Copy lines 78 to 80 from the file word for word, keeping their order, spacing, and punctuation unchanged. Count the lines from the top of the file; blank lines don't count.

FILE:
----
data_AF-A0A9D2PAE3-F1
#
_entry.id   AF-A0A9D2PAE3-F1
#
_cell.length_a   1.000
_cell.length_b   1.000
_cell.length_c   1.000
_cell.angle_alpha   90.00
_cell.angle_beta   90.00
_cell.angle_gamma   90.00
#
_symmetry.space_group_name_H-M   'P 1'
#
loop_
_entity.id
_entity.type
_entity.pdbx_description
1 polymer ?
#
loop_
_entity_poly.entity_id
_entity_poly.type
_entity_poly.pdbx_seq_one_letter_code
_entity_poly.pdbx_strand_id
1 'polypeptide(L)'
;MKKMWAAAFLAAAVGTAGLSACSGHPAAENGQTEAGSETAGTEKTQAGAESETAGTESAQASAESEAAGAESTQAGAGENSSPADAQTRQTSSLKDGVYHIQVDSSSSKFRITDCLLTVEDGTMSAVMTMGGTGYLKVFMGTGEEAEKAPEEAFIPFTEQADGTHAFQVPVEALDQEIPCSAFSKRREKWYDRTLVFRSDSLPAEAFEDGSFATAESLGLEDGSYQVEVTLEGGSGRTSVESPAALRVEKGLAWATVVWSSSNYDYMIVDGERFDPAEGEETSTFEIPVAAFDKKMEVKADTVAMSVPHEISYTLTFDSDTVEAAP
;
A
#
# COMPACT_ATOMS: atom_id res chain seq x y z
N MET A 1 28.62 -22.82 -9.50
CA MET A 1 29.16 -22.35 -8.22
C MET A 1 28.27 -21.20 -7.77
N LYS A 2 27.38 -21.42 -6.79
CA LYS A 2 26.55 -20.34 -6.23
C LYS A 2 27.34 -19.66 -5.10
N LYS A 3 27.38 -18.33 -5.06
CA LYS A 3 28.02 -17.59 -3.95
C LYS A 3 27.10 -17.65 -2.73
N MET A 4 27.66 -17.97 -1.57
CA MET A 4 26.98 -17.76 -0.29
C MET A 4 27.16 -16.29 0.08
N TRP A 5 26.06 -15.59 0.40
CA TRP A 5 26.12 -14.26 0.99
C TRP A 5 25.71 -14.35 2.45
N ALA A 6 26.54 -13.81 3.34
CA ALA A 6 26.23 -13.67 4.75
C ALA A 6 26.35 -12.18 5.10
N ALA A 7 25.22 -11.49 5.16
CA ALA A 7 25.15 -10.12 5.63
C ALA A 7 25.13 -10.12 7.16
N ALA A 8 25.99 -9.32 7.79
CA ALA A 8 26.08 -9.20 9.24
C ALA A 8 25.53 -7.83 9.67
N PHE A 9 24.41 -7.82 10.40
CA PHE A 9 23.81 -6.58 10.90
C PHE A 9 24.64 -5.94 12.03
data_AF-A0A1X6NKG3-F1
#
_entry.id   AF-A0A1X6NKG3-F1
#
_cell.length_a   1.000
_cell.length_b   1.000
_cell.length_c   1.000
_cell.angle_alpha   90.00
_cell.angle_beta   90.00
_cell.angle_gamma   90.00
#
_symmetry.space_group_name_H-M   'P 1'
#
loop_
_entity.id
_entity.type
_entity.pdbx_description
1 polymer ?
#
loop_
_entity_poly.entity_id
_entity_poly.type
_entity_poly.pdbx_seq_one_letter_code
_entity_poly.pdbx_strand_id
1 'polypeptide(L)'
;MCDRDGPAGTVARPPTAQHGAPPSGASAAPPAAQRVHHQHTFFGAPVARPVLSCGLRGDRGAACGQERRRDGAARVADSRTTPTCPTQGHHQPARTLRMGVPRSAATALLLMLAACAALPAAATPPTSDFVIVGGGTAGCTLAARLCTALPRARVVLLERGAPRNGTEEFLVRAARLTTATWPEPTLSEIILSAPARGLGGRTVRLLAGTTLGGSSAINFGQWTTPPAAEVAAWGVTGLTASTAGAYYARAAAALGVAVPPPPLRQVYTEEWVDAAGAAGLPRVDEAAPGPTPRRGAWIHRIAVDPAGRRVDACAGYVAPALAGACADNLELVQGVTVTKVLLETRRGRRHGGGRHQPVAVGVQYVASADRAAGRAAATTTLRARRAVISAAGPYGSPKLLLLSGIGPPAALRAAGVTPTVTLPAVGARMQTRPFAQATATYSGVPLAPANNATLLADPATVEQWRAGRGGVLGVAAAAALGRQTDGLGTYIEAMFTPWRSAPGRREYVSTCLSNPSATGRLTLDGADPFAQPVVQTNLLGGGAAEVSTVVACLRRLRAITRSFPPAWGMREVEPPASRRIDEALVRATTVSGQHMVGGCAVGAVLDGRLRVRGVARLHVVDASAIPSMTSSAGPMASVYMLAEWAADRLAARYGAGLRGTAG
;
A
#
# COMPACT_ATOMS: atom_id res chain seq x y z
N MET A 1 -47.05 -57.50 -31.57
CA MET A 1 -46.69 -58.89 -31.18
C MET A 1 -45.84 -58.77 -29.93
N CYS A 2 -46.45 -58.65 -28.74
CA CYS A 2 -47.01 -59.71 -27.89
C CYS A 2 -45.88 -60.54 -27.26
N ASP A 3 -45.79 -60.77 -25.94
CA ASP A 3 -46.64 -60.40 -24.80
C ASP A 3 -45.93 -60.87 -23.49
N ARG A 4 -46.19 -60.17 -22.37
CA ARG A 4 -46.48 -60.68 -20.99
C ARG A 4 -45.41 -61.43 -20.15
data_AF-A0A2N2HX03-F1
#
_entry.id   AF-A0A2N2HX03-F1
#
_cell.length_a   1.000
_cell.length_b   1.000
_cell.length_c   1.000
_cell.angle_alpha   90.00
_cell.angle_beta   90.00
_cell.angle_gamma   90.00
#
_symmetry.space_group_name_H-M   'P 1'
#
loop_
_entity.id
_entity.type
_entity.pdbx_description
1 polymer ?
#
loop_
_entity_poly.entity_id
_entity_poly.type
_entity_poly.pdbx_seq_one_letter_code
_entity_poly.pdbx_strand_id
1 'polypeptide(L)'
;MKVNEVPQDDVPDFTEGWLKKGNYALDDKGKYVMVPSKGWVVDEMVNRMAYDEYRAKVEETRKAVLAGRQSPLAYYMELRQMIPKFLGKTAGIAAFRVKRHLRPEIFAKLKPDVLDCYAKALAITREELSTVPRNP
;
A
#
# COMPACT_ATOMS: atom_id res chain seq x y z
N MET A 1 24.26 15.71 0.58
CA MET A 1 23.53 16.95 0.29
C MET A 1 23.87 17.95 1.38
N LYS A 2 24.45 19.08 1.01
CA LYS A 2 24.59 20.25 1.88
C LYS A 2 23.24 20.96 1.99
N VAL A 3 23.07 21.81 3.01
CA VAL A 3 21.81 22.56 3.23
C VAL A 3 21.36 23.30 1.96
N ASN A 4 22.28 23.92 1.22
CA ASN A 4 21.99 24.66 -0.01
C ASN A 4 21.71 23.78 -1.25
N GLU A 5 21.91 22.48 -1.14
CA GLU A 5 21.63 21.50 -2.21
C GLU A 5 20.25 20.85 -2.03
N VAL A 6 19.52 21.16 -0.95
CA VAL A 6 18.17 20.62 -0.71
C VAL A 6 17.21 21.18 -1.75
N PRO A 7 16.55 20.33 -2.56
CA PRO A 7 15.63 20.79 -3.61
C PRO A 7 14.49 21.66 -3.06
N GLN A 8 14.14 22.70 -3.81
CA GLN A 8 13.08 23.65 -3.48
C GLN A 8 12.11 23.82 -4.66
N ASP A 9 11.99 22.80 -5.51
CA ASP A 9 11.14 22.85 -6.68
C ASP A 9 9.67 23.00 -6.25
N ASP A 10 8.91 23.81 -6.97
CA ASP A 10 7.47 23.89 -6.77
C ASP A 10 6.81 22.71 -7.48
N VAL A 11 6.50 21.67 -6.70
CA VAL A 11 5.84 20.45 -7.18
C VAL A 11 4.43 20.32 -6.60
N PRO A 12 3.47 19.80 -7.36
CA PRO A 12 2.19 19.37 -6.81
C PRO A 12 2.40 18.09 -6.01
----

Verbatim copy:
_entity_poly.entity_id
_entity_poly.type
_entity_poly.pdbx_seq_one_letter_code